What about Woodside Petroleum (ASX:WPL)? The company reported yesterday that third quarter revenues were up by 84% over last year. Higher oil prices (year over year) and a production increase are what delivered the gaudy number. And going forward?

Woodside would have to set a final quarter production record to reach its goal of 86 million barrels of oil equivalent this year. It looks like that number will come in between 81-84mboe. That was enough to send the stock down 5.5% on the day to $37. It’s down 47% from its high in May.

One other reason the stock probably fell is that the company studiously avoided saying anything about global oil prices or a global recession. Oil futures were down almost US$6 in New York trading to close at $69.85. That’s the first time oil’s closed below US$70 since August 23rd of 2007.

Is Woodside a Crusoe stock? Well, it depends on what your long-term view of energy is, doesn’t it? In the short-term, the whole planet is having a recession. Oil prices could go lower. Woodside’s stock price would probably go lower, too. By the way, if you have your own “Crusoe Stock” suggestions, send them to us at dr@marketsandmoney.com.au.

In the long term-at least the part before we are all dead-we reckon this global recession is a bit of a reprieve for anyone who hasn’t taken Peak Oil all that seriously. Demand growth for crude is going to slow. A world less busy uses less energy.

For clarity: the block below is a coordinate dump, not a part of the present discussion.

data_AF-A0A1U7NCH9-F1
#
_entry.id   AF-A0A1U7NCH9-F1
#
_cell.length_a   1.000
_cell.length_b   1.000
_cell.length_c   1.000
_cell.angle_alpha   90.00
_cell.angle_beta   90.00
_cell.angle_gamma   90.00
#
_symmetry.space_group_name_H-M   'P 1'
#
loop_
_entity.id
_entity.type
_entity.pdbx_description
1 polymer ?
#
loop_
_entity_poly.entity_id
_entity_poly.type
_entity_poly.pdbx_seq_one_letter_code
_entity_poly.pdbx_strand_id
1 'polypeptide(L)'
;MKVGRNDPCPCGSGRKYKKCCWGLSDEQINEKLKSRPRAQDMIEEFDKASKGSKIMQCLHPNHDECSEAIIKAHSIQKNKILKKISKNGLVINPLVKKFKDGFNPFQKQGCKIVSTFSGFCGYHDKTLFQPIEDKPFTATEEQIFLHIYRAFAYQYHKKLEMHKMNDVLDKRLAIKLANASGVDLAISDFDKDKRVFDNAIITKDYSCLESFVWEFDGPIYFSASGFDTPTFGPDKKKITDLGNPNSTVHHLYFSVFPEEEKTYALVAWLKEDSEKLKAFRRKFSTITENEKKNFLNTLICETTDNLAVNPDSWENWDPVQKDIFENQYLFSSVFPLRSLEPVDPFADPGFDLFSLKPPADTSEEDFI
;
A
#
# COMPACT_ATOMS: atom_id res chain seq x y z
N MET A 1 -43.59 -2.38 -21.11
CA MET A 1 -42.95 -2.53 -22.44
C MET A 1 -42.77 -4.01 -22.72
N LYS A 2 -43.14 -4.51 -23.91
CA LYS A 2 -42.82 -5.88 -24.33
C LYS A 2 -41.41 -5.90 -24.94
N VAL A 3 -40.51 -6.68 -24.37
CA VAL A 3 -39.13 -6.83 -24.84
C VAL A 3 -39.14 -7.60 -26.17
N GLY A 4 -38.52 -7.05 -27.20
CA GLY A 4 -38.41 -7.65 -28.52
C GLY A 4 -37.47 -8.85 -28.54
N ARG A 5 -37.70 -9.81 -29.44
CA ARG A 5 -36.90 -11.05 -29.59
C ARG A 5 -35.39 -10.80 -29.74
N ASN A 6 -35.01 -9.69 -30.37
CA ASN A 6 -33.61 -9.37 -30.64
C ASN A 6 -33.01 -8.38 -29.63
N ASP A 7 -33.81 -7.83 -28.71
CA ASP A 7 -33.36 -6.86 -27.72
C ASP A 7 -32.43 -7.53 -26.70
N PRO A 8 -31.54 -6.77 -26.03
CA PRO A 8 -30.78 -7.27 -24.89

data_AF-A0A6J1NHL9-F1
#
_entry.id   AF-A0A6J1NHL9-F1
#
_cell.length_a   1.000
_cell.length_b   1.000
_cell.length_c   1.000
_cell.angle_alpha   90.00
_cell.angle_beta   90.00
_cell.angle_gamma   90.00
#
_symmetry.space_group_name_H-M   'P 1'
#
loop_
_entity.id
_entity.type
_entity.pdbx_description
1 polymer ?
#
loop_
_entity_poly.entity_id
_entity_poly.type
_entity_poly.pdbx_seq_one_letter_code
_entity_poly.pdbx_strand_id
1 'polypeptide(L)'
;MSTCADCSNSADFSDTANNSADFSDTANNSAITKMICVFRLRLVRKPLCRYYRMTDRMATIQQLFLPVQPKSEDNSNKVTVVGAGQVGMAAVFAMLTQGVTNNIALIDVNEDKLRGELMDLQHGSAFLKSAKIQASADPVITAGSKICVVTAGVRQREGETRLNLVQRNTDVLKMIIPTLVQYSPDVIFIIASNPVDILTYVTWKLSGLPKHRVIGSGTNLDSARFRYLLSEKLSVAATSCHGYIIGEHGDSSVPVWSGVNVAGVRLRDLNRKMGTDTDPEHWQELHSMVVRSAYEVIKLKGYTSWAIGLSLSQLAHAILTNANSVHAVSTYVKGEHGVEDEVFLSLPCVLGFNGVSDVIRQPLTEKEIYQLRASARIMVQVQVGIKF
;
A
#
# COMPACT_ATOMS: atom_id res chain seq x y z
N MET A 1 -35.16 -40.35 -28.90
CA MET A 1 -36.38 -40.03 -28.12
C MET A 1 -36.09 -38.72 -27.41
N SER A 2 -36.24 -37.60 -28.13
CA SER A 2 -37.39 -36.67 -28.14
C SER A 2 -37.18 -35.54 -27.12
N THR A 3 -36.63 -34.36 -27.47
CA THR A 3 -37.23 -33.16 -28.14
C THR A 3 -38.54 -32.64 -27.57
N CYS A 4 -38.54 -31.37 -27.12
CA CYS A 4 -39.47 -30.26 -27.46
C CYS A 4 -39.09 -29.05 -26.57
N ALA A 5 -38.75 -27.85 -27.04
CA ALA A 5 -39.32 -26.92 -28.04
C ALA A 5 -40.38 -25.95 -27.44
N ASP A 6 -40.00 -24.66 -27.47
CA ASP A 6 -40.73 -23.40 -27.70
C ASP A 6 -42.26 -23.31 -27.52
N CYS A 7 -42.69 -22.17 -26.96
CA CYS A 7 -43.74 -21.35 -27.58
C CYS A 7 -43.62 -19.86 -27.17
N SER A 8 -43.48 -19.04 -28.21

But don’t think it will last forever. Today’s oil production comes from oil fields that were discovered decades ago. That same is true for many other commodities. We are harvesting the bounty of previous exploration.

As demand resumes growing-in one month, one year, or two years-we’ll be right back up against the problem markets began to price in last year: declining oil production in the world’s major fields side-by-side with growing demand from the emerging markets.

With the emerging markets currently submerged by recession fears, the oil issue comes off the boil for a bit. Oil stocks too. This gives you an excellent chance to ad companies that throw off huge cash flows when energy prices rise. And in our view, energy prices are going to rise again and by a lot in the coming years.

By the way, thanks for the many helpful notes and offers for help with our new super annuation project. If we don’t get back to you right away, please don’t take offense. The response was large, so it’s going to take a few days to sort it all out. But it’s good to know there are so many people already taking control of their investment future among the Markets and Money’s 40,000 Australian readers.

Dan Denning
for Markets and Money

Dan Denning
Dan Denning examines the geopolitical and economic events that can affect your investments domestically. He raises the questions you need to answer, in order to survive financially in these turbulent times.